This post sets out the ‘state of play’ in the world of watches and provides some food for thought to any budding horologist who might find themselves going down the rabbit hole.
This is a post about the concept of ‘positive psychology’ drawing on the work of Martin Seligman, and a few ways to apply the concepts to watch collecting.
Dr. Robert Lustig, Emeritus Professor at the University of California, wrote a book entitled “The Hacking of the American Mind”. He discusses “Pleasure vs Happiness”… and talks about how these two concepts are VERY different. I will discuss some of his content, and try and relate it to watch collecting.
The horizon, unlike the equator or North Pole, isn’t a static property or location on Earth. It is a local phenomenon, where the convexity of the earth limits visibility distance. If you take a 6ft tall person for example… their ‘visible distance’ would stretch just over 3 miles (~5km); whereas a bird flying at an altitude of 1 mile would have visibility stretching about 100 miles in every direction. Read on, to figure out what this has to do with watches!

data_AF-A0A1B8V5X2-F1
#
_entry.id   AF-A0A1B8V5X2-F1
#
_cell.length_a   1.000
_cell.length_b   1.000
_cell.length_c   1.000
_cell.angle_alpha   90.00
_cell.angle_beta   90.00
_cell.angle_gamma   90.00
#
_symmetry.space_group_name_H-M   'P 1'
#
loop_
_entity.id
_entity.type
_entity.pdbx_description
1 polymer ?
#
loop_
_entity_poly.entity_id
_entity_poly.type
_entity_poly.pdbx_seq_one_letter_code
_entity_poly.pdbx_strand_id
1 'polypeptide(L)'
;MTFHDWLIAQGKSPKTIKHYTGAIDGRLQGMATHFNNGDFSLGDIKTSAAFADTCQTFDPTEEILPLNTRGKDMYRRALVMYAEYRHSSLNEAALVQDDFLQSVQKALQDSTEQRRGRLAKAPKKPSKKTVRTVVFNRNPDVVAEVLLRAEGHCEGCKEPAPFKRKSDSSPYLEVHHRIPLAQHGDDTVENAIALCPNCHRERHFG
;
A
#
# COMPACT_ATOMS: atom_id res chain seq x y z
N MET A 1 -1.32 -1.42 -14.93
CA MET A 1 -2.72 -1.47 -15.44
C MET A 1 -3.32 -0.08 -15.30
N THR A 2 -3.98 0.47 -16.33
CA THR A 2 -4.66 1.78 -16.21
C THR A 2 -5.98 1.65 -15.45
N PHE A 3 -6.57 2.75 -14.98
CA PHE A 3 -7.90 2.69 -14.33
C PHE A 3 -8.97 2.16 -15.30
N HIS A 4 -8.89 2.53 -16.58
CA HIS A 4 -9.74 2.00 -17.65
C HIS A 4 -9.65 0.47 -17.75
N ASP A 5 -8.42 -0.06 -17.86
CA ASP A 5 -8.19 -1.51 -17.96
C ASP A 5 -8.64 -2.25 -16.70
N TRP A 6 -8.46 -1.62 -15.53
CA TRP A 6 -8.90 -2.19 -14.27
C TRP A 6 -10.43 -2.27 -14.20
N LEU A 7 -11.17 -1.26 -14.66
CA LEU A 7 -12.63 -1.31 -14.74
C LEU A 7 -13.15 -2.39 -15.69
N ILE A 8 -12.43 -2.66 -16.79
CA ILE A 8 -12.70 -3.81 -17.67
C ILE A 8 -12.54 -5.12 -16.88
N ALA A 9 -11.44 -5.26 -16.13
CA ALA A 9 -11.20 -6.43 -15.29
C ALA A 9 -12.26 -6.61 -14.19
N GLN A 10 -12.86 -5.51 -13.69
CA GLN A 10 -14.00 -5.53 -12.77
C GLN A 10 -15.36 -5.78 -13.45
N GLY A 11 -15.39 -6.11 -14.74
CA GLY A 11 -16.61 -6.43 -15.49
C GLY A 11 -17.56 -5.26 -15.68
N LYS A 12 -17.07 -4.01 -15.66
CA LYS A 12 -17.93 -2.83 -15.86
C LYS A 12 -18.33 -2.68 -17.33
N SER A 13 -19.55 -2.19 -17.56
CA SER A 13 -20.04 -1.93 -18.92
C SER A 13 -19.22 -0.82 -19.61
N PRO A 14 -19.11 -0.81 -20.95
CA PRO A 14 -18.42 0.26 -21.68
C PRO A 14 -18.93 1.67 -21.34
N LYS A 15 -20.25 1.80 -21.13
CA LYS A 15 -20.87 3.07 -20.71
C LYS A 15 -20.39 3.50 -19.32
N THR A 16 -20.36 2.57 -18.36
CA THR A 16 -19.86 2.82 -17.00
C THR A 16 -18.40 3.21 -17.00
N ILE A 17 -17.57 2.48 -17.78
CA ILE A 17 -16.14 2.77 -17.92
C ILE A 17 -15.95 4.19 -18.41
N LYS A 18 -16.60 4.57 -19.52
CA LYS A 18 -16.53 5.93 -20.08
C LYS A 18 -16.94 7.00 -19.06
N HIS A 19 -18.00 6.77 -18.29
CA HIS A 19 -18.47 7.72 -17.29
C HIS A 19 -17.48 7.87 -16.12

All watches are not for everyone… that’s the beauty of our hobby. If you don’t like a watch, that’s your business. If you’d like to offer feedback to the watchmaker or company selling the watch, that’s obviously a good thing, and they ought to appreciate it. Just remember that you’re dealing with people sometimes, and these people have emotions just like you do. It would behoove you to check yourself before delivering your opinions and feedback. Except for Hublot – those are just shit 🙂
Have you noticed how watch collectors seem to refer to their hobby as a disease? Why is that? Many collectors will attest to the fact that no matter how ‘grail worthy’ a new purchase may be, they always seem to tire of it eventually. Why is that?